Considering L.A. Noire made number-1 on my Xbox 360 games list, you may be wondering why it’s so low on this list. Don’t get me wrong in the very least, L.A. Noire is an awesome game and I thoroughly enjoyed it. However, my enjoyment was due to the investigation and questioning aspects of the game as well as the really strong and dark storyline which drove the game. Conversely, the action-sequences weren’t perhaps nearly as much fun, reminding me a lot of GTA but not executed nearly as well. These honestly felt like slapped on parts to what was essentially a really cool “adventure game” and it’s indeed by the virtue of these “action”-sequences why I’m even able to call this an action-adventure title in the first place.
That doesn’t change the fact that it is a stand-out game and highly recommended regardless.
Rareware’s swan song title for the Nintendo home consoles sees Fox McCloud and company venture to a world of dinosaurs to take down an evil dictator and save a sexy fox-girl named Krystal from a giant… err, well, crystal. You explore a variety of colourful locations, solve Zelda-esque puzzles and encounter many cartoony characters along the way.
StarFox Adventures took a lot of crap from fans back in the day for not being a schmup. And although it would have been nice to have more flying segments, I honestly think they’re the least interesting part of the game. The exploration and the lush cartoony surroundings really made this into an excellent experience. Apart from the beautiful graphics, the soundtrack was beautiful and I felt every dungeon (as they were) was challenging and fun. Sure, the story is quite straight-forward but it kept me reasonably motivated through the game.
I will be the first one to admit that the game has some glaring flaws. The voice-acting is very hit-and-miss with some characters having good voice-performances, others having really weak ones and some of the weirder ones being actually very entertaining because of it. The combat system really could have been much better as it’s basically reduced to a single button.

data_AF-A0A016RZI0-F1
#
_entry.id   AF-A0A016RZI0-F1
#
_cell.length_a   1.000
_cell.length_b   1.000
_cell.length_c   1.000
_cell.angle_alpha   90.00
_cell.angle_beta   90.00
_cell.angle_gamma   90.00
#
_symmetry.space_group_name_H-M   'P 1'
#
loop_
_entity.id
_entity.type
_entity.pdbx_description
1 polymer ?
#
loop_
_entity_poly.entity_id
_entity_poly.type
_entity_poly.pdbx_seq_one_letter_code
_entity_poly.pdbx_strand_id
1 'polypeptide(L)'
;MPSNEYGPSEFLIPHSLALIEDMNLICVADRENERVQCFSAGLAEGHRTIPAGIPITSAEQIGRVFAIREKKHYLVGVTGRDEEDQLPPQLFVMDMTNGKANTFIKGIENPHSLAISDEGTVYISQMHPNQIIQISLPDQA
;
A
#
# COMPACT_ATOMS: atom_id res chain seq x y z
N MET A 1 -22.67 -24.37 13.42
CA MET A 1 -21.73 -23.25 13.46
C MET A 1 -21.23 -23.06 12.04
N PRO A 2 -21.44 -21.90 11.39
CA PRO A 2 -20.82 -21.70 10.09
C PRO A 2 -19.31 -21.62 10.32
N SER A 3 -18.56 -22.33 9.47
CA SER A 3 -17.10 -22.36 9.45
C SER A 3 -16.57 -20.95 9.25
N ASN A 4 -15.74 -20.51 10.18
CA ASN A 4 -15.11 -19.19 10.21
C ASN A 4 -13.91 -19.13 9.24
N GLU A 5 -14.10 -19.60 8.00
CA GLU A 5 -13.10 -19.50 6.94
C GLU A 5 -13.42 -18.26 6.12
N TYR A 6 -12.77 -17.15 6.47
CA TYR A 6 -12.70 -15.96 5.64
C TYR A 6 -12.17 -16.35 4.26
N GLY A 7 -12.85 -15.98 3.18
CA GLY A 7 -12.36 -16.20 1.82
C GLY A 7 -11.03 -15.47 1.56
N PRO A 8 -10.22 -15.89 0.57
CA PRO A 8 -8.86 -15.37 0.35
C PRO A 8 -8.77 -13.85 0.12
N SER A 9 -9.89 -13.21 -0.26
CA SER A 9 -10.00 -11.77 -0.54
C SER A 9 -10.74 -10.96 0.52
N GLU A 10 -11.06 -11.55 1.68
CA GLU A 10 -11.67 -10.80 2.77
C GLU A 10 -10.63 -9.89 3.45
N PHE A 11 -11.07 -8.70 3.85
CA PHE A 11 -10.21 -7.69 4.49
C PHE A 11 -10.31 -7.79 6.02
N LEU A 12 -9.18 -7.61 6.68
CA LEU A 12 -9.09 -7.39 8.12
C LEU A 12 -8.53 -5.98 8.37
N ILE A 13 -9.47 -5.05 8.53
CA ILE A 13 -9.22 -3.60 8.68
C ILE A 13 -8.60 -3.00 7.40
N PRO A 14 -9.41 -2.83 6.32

However, it’s still a really fun game and one of my personal favourites for the GameCube.
Metroid is a series not typically known for good story-telling, but this finally changed with Other M. The game has Samus Aran investigating a disturbance on a research station, coming to grips with her past and dealing with a mysterious threat. What I really loved about Other M is how much it fleshed out Samus as a character and actually made her somewhat relatable as opposed to prior games where she was kind of an emotionless block. Add to this the typically awesome visuals and haunting atmosphere of the Metroid-series and you had a game that was just really awesome to dig into.
The action-gameplay was also a lot of fun, harkening back slightly to the 2D originals but still with a distinctly 3D touch. However, just as with a lot of other games on this half of the list, Other M’s few flaws did have to do with its gameplay. While on the over-all, the gameplay was solid and quite fun, any section that required you to use rockets was a pain in the ass because you had to flip the Wiimote to face the TV in order to aim. This along with those occasionally tedious first-person view sections (if you didn’t know what you were supposed to be looking at) bogged the game down a bit.
However, the game was still a lot of fun and one of my personal favourite titles for the Wii. Sure, Metroid Prime 3 had way better controls (and used the Wii’s controller way better) but Other M really felt like an adventure.
The second game of the Darksiders series sees you take control of Death on a quest to prove the innocence of his brother War (the protagonist of the first game) and to bring an end to a strange corruption that threatens very existence itself. Darksiders 2 is a bizarre and, at times, hammy quest through bizarre worlds of rather peculiar characters. Giants, angels, demons and more wait around every corner to either help or try to kill you.